Different worlds

It’s difficult for most high school students to envision a world where grades and test scores aren’t the markers of their achievement–where executing their way to prescribed right answers and completed assignments isn’t the path forward to success. That’s why so many good students struggle when there’s no longer a graded curve they can study their way to besting.

Seth Godin puts this well on his blog this week:

“Real life is not organized around an 800 on the SATs, or a FGA average that’s the highest in the league. Instead, real life has changing rules, hidden rules, rules that aren’t fair. Real life often doesn’t reveal itself to us all at once, the way the rules of baseball are clearly written down.”

And so, the first challenge of real life is: find some goals. And the second: figure out some boundaries.

It’s possible to play the game in the high school world of today while simultaneously preparing for the real life world of tomorrow. But students and their parents would be well served to treat those two different worlds as exactly that. Here are a few past posts of mine that might help.

Help kids develop long-term traits
No right answer = more learning
You can’t earn straight A’s in life

Back to school: greatest hits edition

Here’s a timely and updated repeat–my collection of past posts and resources to consider as students head back to school.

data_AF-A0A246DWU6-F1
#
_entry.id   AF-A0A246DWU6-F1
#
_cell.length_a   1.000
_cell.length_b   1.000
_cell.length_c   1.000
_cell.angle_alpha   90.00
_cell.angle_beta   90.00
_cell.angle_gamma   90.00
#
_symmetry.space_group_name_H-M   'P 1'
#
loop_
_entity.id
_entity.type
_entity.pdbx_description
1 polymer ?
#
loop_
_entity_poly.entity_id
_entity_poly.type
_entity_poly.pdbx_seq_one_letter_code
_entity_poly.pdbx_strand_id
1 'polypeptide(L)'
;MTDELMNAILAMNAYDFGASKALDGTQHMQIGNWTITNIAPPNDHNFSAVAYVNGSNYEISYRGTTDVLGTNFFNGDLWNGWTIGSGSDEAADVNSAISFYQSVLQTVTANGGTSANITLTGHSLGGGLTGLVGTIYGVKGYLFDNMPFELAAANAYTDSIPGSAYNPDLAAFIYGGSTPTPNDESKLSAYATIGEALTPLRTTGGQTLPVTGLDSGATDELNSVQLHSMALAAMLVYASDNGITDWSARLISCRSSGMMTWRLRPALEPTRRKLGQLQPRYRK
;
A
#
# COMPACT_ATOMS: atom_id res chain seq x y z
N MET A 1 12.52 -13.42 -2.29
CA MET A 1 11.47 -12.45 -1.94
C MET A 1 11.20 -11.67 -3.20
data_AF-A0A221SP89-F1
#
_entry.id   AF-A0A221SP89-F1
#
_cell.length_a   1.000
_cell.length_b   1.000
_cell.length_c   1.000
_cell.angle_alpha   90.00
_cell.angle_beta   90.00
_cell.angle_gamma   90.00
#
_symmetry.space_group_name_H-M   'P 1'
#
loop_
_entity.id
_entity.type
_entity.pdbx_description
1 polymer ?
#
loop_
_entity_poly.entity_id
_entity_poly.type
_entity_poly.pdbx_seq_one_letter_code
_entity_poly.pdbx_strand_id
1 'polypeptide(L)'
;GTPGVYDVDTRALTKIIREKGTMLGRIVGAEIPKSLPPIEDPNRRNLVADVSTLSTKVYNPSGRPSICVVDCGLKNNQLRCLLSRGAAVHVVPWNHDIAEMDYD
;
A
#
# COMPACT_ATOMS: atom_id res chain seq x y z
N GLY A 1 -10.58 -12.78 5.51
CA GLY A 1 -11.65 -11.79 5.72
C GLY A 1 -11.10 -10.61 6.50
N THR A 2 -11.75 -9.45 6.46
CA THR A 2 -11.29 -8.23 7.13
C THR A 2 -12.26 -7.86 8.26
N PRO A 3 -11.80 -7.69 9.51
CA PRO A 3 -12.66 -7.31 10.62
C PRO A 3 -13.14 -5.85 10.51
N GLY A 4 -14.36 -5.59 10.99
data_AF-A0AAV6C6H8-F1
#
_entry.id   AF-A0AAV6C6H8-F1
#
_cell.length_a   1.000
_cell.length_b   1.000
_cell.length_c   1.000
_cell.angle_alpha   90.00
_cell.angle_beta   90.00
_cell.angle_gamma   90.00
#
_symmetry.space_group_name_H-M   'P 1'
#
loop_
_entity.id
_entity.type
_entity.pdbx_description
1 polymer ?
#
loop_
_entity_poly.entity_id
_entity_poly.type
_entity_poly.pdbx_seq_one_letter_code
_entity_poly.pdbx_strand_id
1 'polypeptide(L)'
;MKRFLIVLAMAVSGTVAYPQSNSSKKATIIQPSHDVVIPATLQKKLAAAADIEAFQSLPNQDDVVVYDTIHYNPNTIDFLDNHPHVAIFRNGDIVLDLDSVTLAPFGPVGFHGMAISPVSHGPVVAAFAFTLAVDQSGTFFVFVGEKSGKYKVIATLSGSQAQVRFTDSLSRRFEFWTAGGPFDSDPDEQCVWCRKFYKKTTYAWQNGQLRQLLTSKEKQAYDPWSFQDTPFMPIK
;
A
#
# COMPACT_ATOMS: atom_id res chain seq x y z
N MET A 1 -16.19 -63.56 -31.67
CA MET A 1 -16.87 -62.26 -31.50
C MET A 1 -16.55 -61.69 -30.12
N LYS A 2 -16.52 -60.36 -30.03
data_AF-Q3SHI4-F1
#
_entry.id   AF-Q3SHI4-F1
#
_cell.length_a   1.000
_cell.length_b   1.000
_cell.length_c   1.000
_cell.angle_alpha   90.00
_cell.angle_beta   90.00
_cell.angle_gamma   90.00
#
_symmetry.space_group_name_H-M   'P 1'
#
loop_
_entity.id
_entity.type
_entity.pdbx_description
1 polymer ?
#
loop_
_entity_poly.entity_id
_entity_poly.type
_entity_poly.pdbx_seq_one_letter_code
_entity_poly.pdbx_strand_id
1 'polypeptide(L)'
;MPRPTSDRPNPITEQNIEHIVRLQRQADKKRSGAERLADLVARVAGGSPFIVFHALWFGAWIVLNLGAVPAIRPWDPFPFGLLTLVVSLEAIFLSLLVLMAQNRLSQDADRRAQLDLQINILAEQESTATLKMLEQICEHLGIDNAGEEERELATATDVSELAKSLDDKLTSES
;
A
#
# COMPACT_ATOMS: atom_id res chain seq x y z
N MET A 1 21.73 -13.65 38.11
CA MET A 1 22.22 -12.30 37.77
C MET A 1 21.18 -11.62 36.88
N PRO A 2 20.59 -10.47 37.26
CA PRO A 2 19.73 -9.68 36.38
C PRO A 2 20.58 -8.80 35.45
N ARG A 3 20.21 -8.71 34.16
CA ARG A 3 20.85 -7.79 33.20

For high school students:

How to achieve your goals in school this year.

How to be more impressive by doing less.

Some advice to help you earn better grades.

A past post with back-to-school resolution suggestions.

My favorite study skills book is Cal Newport’s How to Become a Straight-A Student: The Unconventional Strategies Real College Students Use to Score High While Studying Less. Don’t let the “college students” reference in the title throw you off, as most of it applies to high school students, too. Includes great advice about how to take notes, how to study, how to take a test, etc.

For parents:

The Challenge Success folks share their Top Ten Back-to-School Tips to Help your Child Thrive in School This Year.

Here are three books I recommend to just about any parent. None tell you how to raise a teen’s SAT scores, but I promise they will absolutely help you better prepare your student for college, and their life that follows it.

For college students:

A past post with resources and advice to help you start college strong and happy.

Leadership essence

I remember sitting in a fraternity meeting in college and listening to one member make the same kind of suggestion he made in almost every meeting, one that started with, “We should…” This particular request had to do with someone waiting at the door at an upcoming party to ensure members who hadn’t paid their semester dues were not permitted to enter.

Our president at the time called his bluff and said, “If you think that’s such a good idea, why don’t you do it?”

Predictably, the Big Idea Guy didn’t exactly grab hold of the responsibility. He just mumbled something about that not being “his thing.” You can imagine how much respect he carried in the group (not much).

The next time you’re tempted to offer a suggestion or a constructive criticism as invitation for someone else to step up and do it, try something else instead.

“I have an idea and I’ll take responsibility for it. Anybody else want to join me?”